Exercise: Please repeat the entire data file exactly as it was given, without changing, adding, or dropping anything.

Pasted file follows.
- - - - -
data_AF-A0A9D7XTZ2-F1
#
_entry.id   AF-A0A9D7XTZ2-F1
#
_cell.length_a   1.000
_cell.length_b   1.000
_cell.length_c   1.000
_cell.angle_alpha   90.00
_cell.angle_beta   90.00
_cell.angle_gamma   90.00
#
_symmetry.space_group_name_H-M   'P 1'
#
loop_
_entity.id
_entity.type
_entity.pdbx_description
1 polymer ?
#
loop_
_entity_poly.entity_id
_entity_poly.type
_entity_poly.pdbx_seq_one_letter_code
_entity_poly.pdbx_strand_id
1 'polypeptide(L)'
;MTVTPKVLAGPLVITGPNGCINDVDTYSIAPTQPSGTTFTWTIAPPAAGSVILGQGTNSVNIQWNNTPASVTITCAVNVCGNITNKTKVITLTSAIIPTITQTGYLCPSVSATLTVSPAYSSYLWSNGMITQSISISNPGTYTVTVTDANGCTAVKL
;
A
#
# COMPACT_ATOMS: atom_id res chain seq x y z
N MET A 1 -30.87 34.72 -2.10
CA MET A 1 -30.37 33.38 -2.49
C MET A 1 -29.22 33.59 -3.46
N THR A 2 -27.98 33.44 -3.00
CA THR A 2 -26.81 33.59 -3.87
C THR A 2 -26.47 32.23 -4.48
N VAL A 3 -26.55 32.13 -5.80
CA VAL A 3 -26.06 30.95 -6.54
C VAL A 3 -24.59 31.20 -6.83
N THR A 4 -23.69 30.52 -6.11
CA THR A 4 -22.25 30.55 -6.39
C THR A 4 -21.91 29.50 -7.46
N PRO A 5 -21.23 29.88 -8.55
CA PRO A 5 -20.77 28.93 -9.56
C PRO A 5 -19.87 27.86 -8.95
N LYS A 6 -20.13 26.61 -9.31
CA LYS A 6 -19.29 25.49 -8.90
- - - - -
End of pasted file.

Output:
data_AF-A0A9D7XTZ2-F1
#
_entry.id   AF-A0A9D7XTZ2-F1
#
_cell.length_a   1.000
_cell.length_b   1.000
_cell.length_c   1.000
_cell.angle_alpha   90.00
_cell.angle_beta   90.00
_cell.angle_gamma   90.00
#
_symmetry.space_group_name_H-M   'P 1'
#
loop_
_entity.id
_entity.type
_entity.pdbx_description
1 polymer ?
#
loop_
_entity_poly.entity_id
_entity_poly.type
_entity_poly.pdbx_seq_one_letter_code
_entity_poly.pdbx_strand_id
1 'polypeptide(L)'
;MTVTPKVLAGPLVITGPNGCINDVDTYSIAPTQPSGTTFTWTIAPPAAGSVILGQGTNSVNIQWNNTPASVTITCAVNVCGNITNKTKVITLTSAIIPTITQTGYLCPSVSATLTVSPAYSSYLWSNGMITQSISISNPGTYTVTVTDANGCTAVKL
;
A
#
# COMPACT_ATOMS: atom_id res chain seq x y z
N MET A 1 -30.87 34.72 -2.10
CA MET A 1 -30.37 33.38 -2.49
C MET A 1 -29.22 33.59 -3.46
N THR A 2 -27.98 33.44 -3.00
CA THR A 2 -26.81 33.59 -3.87
C THR A 2 -26.47 32.23 -4.48
N VAL A 3 -26.55 32.13 -5.80
CA VAL A 3 -26.06 30.95 -6.54
C VAL A 3 -24.59 31.20 -6.83
N THR A 4 -23.69 30.52 -6.11
CA THR A 4 -22.25 30.55 -6.39
C THR A 4 -21.91 29.50 -7.46
N PRO A 5 -21.23 29.88 -8.55
CA PRO A 5 -20.77 28.93 -9.56
C PRO A 5 -19.87 27.86 -8.95
N LYS A 6 -20.13 26.61 -9.31
CA LYS A 6 -19.29 25.49 -8.90